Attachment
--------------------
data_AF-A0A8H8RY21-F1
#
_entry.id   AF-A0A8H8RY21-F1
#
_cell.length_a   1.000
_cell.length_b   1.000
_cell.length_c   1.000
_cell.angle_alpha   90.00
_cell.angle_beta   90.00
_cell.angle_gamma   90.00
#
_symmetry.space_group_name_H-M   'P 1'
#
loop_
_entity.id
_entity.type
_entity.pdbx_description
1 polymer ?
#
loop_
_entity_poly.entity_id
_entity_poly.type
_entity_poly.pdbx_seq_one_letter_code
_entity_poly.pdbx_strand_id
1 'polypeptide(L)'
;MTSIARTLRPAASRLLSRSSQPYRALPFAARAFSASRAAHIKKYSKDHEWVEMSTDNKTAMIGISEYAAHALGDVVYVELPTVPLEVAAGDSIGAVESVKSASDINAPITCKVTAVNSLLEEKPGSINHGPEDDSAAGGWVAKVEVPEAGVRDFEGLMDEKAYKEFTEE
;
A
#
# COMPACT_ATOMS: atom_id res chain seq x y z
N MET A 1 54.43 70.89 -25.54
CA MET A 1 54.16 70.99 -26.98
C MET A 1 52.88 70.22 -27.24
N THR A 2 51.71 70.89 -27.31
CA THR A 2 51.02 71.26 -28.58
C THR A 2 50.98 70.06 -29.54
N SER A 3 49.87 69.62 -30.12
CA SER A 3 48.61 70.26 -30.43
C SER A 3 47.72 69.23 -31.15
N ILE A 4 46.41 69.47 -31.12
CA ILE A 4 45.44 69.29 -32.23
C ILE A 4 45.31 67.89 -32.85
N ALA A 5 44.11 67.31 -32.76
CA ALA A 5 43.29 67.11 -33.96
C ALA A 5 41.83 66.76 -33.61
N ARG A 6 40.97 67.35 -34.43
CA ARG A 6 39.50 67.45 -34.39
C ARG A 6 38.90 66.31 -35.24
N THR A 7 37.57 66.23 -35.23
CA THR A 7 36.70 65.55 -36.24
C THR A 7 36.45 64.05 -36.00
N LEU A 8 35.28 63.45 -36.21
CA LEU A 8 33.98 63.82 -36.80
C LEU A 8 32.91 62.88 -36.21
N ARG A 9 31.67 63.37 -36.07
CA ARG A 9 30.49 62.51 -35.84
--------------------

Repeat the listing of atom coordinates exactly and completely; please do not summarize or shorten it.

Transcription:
data_AF-A0A8H8RY21-F1
#
_entry.id   AF-A0A8H8RY21-F1
#
_cell.length_a   1.000
_cell.length_b   1.000
_cell.length_c   1.000
_cell.angle_alpha   90.00
_cell.angle_beta   90.00
_cell.angle_gamma   90.00
#
_symmetry.space_group_name_H-M   'P 1'
#
loop_
_entity.id
_entity.type
_entity.pdbx_description
1 polymer ?
#
loop_
_entity_poly.entity_id
_entity_poly.type
_entity_poly.pdbx_seq_one_letter_code
_entity_poly.pdbx_strand_id
1 'polypeptide(L)'
;MTSIARTLRPAASRLLSRSSQPYRALPFAARAFSASRAAHIKKYSKDHEWVEMSTDNKTAMIGISEYAAHALGDVVYVELPTVPLEVAAGDSIGAVESVKSASDINAPITCKVTAVNSLLEEKPGSINHGPEDDSAAGGWVAKVEVPEAGVRDFEGLMDEKAYKEFTEE
;
A
#
# COMPACT_ATOMS: atom_id res chain seq x y z
N MET A 1 54.43 70.89 -25.54
CA MET A 1 54.16 70.99 -26.98
C MET A 1 52.88 70.22 -27.24
N THR A 2 51.71 70.89 -27.31
CA THR A 2 51.02 71.26 -28.58
C THR A 2 50.98 70.06 -29.54
N SER A 3 49.87 69.62 -30.12
CA SER A 3 48.61 70.26 -30.43
C SER A 3 47.72 69.23 -31.15
N ILE A 4 46.41 69.47 -31.12
CA ILE A 4 45.44 69.29 -32.23
C ILE A 4 45.31 67.89 -32.85
N ALA A 5 44.11 67.31 -32.76
CA ALA A 5 43.29 67.11 -33.96
C ALA A 5 41.83 66.76 -33.61
N ARG A 6 40.97 67.35 -34.43
CA ARG A 6 39.50 67.45 -34.39
C ARG A 6 38.90 66.31 -35.24
N THR A 7 37.57 66.23 -35.23
CA THR A 7 36.70 65.55 -36.24
C THR A 7 36.45 64.05 -36.00
N LEU A 8 35.28 63.45 -36.21
CA LEU A 8 33.98 63.82 -36.80
C LEU A 8 32.91 62.88 -36.21
N ARG A 9 31.67 63.37 -36.07
CA ARG A 9 30.49 62.51 -35.84